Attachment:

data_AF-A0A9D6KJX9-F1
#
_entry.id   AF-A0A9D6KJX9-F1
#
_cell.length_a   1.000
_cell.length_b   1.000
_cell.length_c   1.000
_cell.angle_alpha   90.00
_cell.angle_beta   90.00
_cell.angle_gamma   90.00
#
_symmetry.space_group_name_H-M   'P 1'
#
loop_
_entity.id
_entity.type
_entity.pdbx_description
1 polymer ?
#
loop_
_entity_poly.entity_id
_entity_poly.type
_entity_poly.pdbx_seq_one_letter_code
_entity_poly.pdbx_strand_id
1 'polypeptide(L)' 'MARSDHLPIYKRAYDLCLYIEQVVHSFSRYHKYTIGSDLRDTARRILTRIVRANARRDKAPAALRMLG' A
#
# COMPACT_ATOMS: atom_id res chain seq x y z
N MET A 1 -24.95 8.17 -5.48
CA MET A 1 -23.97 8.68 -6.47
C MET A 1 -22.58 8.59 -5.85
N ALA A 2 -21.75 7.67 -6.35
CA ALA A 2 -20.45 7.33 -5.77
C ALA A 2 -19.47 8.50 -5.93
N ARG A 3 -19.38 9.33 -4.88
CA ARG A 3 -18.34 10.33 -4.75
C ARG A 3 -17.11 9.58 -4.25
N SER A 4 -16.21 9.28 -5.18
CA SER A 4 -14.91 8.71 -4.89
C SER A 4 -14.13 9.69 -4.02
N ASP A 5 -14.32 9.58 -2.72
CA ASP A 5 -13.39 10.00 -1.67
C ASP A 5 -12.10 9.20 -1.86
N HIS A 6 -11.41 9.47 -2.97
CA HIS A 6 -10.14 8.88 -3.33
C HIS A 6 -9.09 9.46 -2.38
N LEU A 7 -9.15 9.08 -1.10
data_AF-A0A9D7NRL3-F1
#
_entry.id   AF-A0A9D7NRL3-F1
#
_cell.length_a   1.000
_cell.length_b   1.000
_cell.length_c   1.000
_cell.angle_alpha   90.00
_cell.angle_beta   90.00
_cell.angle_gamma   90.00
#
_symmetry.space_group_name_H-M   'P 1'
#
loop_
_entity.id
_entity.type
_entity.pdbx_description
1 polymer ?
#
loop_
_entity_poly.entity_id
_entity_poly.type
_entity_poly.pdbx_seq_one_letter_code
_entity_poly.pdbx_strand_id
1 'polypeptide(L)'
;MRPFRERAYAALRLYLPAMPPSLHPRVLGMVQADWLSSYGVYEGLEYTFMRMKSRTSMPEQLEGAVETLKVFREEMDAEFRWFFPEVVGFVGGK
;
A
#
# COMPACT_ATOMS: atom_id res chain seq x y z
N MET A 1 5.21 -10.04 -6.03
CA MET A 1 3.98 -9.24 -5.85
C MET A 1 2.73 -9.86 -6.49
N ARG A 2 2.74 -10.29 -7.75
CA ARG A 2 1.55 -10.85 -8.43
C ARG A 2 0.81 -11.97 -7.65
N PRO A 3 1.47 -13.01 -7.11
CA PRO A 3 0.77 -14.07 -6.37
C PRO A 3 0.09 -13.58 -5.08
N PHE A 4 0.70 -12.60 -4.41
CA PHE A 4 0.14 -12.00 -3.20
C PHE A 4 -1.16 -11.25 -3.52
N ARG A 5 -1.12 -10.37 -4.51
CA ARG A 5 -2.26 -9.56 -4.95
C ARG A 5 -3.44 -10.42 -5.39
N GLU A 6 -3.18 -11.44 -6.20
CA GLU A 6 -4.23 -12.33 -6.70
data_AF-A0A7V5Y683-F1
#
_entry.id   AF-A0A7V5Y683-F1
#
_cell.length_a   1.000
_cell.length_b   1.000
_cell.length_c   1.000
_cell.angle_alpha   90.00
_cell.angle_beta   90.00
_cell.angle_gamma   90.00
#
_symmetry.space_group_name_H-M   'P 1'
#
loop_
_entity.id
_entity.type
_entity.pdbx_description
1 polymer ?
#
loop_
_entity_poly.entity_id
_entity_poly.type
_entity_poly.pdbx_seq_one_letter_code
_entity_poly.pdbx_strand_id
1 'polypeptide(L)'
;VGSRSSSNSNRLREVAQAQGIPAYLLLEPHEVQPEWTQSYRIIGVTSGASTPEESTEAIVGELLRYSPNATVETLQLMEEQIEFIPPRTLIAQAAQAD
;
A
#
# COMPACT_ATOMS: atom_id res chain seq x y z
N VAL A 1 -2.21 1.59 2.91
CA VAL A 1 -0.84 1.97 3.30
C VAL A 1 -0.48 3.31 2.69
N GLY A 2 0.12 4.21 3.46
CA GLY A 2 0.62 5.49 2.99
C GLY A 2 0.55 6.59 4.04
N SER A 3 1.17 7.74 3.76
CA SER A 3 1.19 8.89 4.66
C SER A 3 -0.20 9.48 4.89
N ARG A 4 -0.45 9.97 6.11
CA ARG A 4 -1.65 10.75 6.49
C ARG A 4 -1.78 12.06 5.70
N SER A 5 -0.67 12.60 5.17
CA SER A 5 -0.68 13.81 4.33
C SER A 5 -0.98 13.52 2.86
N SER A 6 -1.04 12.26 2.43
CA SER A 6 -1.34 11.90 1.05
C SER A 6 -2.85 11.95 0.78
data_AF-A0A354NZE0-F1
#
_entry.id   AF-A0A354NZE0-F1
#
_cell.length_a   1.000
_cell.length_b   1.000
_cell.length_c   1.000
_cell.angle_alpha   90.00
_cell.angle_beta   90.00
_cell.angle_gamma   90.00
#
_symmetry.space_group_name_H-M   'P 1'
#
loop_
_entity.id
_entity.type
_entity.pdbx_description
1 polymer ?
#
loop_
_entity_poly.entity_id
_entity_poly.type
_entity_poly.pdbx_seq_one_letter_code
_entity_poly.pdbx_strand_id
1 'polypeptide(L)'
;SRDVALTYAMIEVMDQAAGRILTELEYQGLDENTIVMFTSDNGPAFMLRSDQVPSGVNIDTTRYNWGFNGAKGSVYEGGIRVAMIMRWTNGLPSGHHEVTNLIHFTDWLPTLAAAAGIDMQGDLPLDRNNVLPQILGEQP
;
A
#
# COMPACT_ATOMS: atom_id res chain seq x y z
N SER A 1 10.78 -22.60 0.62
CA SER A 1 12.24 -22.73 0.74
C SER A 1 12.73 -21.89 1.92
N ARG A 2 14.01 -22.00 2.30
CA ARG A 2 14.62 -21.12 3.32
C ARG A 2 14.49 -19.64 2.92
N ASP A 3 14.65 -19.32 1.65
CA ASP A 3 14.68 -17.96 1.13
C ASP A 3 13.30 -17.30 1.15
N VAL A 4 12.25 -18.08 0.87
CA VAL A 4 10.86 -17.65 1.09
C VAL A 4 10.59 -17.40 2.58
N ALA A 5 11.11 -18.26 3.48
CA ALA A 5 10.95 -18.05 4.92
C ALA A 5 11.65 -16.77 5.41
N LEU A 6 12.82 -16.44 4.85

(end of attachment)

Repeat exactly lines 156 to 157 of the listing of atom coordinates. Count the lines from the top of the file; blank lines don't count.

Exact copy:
_entity.id
_entity.type